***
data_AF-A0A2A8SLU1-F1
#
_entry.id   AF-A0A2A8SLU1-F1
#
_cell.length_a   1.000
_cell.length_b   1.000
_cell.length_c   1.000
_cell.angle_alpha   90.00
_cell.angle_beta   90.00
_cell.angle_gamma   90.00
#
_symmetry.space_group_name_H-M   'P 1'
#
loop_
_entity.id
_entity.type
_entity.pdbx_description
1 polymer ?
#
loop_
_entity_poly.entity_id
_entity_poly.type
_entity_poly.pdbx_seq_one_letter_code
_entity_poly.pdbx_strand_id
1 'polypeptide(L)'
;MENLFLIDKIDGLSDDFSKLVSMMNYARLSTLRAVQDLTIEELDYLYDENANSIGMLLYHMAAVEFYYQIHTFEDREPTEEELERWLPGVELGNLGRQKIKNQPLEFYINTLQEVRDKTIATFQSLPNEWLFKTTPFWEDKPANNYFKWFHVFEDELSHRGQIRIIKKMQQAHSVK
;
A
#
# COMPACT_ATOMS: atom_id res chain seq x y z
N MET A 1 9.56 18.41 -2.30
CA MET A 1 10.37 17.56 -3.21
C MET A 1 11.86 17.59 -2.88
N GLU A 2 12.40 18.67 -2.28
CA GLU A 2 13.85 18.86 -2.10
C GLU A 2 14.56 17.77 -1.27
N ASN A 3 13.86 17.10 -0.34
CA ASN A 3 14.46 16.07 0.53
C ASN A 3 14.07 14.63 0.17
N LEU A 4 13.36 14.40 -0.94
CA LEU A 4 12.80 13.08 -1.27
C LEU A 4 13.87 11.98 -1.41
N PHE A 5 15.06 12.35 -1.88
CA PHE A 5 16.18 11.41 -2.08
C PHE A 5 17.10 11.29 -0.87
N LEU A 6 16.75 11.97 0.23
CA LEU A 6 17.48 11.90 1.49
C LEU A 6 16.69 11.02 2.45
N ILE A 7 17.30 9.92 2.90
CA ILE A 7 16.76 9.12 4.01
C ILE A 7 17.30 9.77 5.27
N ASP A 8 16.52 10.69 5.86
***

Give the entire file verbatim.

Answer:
data_AF-A0A2A8SLU1-F1
#
_entry.id   AF-A0A2A8SLU1-F1
#
_cell.length_a   1.000
_cell.length_b   1.000
_cell.length_c   1.000
_cell.angle_alpha   90.00
_cell.angle_beta   90.00
_cell.angle_gamma   90.00
#
_symmetry.space_group_name_H-M   'P 1'
#
loop_
_entity.id
_entity.type
_entity.pdbx_description
1 polymer ?
#
loop_
_entity_poly.entity_id
_entity_poly.type
_entity_poly.pdbx_seq_one_letter_code
_entity_poly.pdbx_strand_id
1 'polypeptide(L)'
;MENLFLIDKIDGLSDDFSKLVSMMNYARLSTLRAVQDLTIEELDYLYDENANSIGMLLYHMAAVEFYYQIHTFEDREPTEEELERWLPGVELGNLGRQKIKNQPLEFYINTLQEVRDKTIATFQSLPNEWLFKTTPFWEDKPANNYFKWFHVFEDELSHRGQIRIIKKMQQAHSVK
;
A
#
# COMPACT_ATOMS: atom_id res chain seq x y z
N MET A 1 9.56 18.41 -2.30
CA MET A 1 10.37 17.56 -3.21
C MET A 1 11.86 17.59 -2.88
N GLU A 2 12.40 18.67 -2.28
CA GLU A 2 13.85 18.86 -2.10
C GLU A 2 14.56 17.77 -1.27
N ASN A 3 13.86 17.10 -0.34
CA ASN A 3 14.46 16.07 0.53
C ASN A 3 14.07 14.63 0.17
N LEU A 4 13.36 14.40 -0.94
CA LEU A 4 12.80 13.08 -1.27
C LEU A 4 13.87 11.98 -1.41
N PHE A 5 15.06 12.35 -1.88
CA PHE A 5 16.18 11.41 -2.08
C PHE A 5 17.10 11.29 -0.87
N LEU A 6 16.75 11.97 0.23
CA LEU A 6 17.48 11.90 1.49
C LEU A 6 16.69 11.02 2.45
N ILE A 7 17.30 9.92 2.90
CA ILE A 7 16.76 9.12 4.01
C ILE A 7 17.30 9.77 5.27
N ASP A 8 16.52 10.69 5.86